The Common Good

Righteous Indignation: Half of America is Poor

There are times when a story in the news just makes one stop with a righteous indignation.The news I heard today that one in two Americans is now classified as poor makes me angry.

This means half of the people living the richest nation in the world are poor. Is this the American exceptionalism we want?

I am angry because this is a not necessary. I am angry that so many people are suffering, while our elected officials are playing games, unable or unwilling to do what is necessary to promote the general welfare of the nation.
   
As I write this our inept Congress is yet again careening toward what may be a shut-down of the federal government because the House of Representatives has passed a proposal that its leaders know is unacceptable to either the majority of the Senate or to President Obama.

The president has asked for an extension of the payroll tax cut, but the House bill includes it with a cut in unemployment benefits with new rules on what the federal government will require for people to receive the benefits, and a freeze on the pay of federal workers. The House has also attached a provision that would approve the building of an oil pipeline from Canada to the gulf coast that environmentalists oppose, and a provision that would block some air pollution regulations.
    
According to the U.S. Census Bureau report, people are falling into poverty because of the weakening of the social safety net in the United States. When Congress members stand up and say the problem with the fiscal health of the country is spending and therefore cuts must be made to entitlement programs, real people suffer.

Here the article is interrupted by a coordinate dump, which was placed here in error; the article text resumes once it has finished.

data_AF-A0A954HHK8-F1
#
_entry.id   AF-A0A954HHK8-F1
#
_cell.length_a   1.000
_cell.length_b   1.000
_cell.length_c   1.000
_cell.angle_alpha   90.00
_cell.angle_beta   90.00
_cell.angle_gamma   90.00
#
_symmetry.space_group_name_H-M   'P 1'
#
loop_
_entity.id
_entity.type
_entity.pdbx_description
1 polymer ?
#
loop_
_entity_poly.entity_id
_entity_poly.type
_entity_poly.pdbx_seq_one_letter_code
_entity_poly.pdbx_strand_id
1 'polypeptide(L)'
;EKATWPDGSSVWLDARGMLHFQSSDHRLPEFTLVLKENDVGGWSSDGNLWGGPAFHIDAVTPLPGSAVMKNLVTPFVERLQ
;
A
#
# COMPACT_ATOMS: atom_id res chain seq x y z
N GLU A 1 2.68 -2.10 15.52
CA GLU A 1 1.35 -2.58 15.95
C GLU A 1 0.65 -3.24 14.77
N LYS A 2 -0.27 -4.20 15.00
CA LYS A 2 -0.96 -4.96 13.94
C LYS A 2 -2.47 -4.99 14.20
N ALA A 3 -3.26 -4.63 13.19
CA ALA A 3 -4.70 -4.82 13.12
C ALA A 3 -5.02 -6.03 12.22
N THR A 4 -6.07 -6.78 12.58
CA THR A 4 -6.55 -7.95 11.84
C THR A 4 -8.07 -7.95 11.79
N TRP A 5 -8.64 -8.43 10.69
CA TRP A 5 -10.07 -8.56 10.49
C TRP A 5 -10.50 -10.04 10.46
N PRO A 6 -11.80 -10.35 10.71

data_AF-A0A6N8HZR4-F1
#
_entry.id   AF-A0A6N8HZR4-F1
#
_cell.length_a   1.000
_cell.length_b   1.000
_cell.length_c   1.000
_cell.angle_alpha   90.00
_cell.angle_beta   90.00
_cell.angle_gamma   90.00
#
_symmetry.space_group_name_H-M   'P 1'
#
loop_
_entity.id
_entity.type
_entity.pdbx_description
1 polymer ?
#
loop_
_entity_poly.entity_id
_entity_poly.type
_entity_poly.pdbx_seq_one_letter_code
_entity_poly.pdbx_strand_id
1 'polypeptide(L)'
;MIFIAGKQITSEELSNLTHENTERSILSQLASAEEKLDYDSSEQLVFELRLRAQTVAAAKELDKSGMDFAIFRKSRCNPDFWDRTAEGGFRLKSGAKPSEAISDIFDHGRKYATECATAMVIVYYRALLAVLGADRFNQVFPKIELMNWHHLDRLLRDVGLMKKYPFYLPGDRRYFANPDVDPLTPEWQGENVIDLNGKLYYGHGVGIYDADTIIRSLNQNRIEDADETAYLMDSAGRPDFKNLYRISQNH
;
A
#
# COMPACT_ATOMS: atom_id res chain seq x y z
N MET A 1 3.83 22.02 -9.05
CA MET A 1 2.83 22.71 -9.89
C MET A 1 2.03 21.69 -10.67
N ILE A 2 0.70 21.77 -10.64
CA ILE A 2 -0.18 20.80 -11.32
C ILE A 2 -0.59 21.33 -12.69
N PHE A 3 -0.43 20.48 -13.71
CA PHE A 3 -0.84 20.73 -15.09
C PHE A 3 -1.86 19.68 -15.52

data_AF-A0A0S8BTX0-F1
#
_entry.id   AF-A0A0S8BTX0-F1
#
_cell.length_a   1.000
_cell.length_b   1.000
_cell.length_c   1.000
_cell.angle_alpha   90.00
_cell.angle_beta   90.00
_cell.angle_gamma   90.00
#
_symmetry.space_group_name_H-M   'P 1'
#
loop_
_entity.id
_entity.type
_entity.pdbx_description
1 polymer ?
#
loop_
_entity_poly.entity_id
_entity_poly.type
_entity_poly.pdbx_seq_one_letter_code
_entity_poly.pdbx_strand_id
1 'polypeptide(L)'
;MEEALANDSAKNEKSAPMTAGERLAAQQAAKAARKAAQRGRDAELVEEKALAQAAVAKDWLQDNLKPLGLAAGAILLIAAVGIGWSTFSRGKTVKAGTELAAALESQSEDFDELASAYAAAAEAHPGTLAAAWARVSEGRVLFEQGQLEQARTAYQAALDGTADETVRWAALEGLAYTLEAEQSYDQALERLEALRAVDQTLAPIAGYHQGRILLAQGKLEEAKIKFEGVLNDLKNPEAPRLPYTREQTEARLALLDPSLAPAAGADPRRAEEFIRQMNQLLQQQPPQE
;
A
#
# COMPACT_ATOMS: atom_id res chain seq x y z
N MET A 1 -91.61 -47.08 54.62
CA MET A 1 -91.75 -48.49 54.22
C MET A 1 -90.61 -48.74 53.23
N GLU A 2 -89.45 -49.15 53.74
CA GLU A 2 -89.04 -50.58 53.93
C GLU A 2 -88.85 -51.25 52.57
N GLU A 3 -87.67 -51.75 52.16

At the same time, these very same Congress members will do nothing to raise more revenue by asking the rich to pay higher taxes or to close loop-holes that allow corporations that make billions of dollars a year to pay no taxes at all.

This is shameful.
    
People are falling into poverty because of pay cuts, reduced work hours, housing and child-care costs. They are also falling into poverty because of increased health-care costs. 

The weakest segments of the society make up the poorest people — elders and children. And while we read about these facts, we also read about Congress members who want to cap the amount of money we give to Medicare recipients to help them live healthier lives. A few weeks ago, the television news program 60 Minutes told the story of homeless families who live in their cars and vans.

This is structural violence. This is a sin and a shame.
    
This situation is not difficult to correct. Taxes on the rich are as low as they have been in decades. Raising taxes on the rich is not divisive, rather it is a necessary correction for an economic system that sends most of the money to the top. There are many reasons for this including the decline of unions in this country. 
    
Now that we are out of Iraq (for the most part) we can spend the money we were spending on this war on building low and mixed income housing. This would also put people to work. There can be public-private partnerships to provide affordable child care for working families. This would also provide jobs.

There ought to be more money spent on food stamps so that no one in America goes to bed hungry. And rather than restricting Medicare, we need Medicare for all so that health-care costs do not send people into poverty.
    
The current situation is simply unacceptable.

 

Dr. Valerie Elverton Dixon is an independent scholar who publishes lectures and essays at JustPeaceTheory.com. She received her Ph.D. in religion and society from Temple University and taught Christian ethics at United Theological Seminary and Andover Newton Theological School.
    
   

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